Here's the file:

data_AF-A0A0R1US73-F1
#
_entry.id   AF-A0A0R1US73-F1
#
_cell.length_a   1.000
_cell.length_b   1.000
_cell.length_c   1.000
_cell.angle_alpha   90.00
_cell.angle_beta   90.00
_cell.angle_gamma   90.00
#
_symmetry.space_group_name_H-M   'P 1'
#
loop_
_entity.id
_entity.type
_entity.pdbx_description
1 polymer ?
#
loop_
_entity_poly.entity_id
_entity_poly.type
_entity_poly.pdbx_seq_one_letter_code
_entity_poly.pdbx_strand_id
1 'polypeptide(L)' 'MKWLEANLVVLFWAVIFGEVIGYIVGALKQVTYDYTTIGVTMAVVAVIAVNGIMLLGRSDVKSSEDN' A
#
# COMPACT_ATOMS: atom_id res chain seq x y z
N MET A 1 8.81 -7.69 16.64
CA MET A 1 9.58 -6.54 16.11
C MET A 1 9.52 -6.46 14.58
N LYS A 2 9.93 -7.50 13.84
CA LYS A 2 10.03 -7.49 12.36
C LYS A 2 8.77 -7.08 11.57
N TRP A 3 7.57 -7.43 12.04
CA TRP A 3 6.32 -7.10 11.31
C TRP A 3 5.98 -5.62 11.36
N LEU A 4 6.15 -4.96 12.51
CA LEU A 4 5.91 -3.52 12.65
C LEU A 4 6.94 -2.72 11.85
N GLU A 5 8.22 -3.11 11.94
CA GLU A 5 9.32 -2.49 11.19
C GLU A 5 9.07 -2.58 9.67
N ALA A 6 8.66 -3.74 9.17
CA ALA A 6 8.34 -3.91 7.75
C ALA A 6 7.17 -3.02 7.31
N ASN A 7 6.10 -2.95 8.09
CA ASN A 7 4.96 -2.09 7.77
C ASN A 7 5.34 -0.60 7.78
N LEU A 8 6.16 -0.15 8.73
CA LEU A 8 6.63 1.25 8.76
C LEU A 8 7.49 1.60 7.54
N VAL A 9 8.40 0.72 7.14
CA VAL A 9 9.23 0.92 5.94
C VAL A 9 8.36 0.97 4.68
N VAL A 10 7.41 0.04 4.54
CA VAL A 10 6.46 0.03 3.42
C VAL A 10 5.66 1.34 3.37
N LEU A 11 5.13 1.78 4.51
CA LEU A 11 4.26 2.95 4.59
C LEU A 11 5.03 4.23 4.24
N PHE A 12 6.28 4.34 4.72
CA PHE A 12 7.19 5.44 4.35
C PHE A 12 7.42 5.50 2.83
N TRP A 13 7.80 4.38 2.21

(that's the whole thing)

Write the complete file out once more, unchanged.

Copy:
data_AF-A0A0R1US73-F1
#
_entry.id   AF-A0A0R1US73-F1
#
_cell.length_a   1.000
_cell.length_b   1.000
_cell.length_c   1.000
_cell.angle_alpha   90.00
_cell.angle_beta   90.00
_cell.angle_gamma   90.00
#
_symmetry.space_group_name_H-M   'P 1'
#
loop_
_entity.id
_entity.type
_entity.pdbx_description
1 polymer ?
#
loop_
_entity_poly.entity_id
_entity_poly.type
_entity_poly.pdbx_seq_one_letter_code
_entity_poly.pdbx_strand_id
1 'polypeptide(L)' 'MKWLEANLVVLFWAVIFGEVIGYIVGALKQVTYDYTTIGVTMAVVAVIAVNGIMLLGRSDVKSSEDN' A
#
# COMPACT_ATOMS: atom_id res chain seq x y z
N MET A 1 8.81 -7.69 16.64
CA MET A 1 9.58 -6.54 16.11
C MET A 1 9.52 -6.46 14.58
N LYS A 2 9.93 -7.50 13.84
CA LYS A 2 10.03 -7.49 12.36
C LYS A 2 8.77 -7.08 11.57
N TRP A 3 7.57 -7.43 12.04
CA TRP A 3 6.32 -7.10 11.31
C TRP A 3 5.98 -5.62 11.36
N LEU A 4 6.15 -4.96 12.51
CA LEU A 4 5.91 -3.52 12.65
C LEU A 4 6.94 -2.72 11.85
N GLU A 5 8.22 -3.11 11.94
CA GLU A 5 9.32 -2.49 11.19
C GLU A 5 9.07 -2.58 9.67
N ALA A 6 8.66 -3.74 9.17
CA ALA A 6 8.34 -3.91 7.75
C ALA A 6 7.17 -3.02 7.31
N ASN A 7 6.10 -2.95 8.09
CA ASN A 7 4.96 -2.09 7.77
C ASN A 7 5.34 -0.60 7.78
N LEU A 8 6.16 -0.15 8.73
CA LEU A 8 6.63 1.25 8.76
C LEU A 8 7.49 1.60 7.54
N VAL A 9 8.40 0.72 7.14
CA VAL A 9 9.23 0.92 5.94
C VAL A 9 8.36 0.97 4.68
N VAL A 10 7.41 0.04 4.54
CA VAL A 10 6.46 0.03 3.42
C VAL A 10 5.66 1.34 3.37
N LEU A 11 5.13 1.78 4.51
CA LEU A 11 4.26 2.95 4.59
C LEU A 11 5.03 4.23 4.24
N PHE A 12 6.28 4.34 4.72
CA PHE A 12 7.19 5.44 4.35
C PHE A 12 7.42 5.50 2.83
N TRP A 13 7.80 4.38 2.21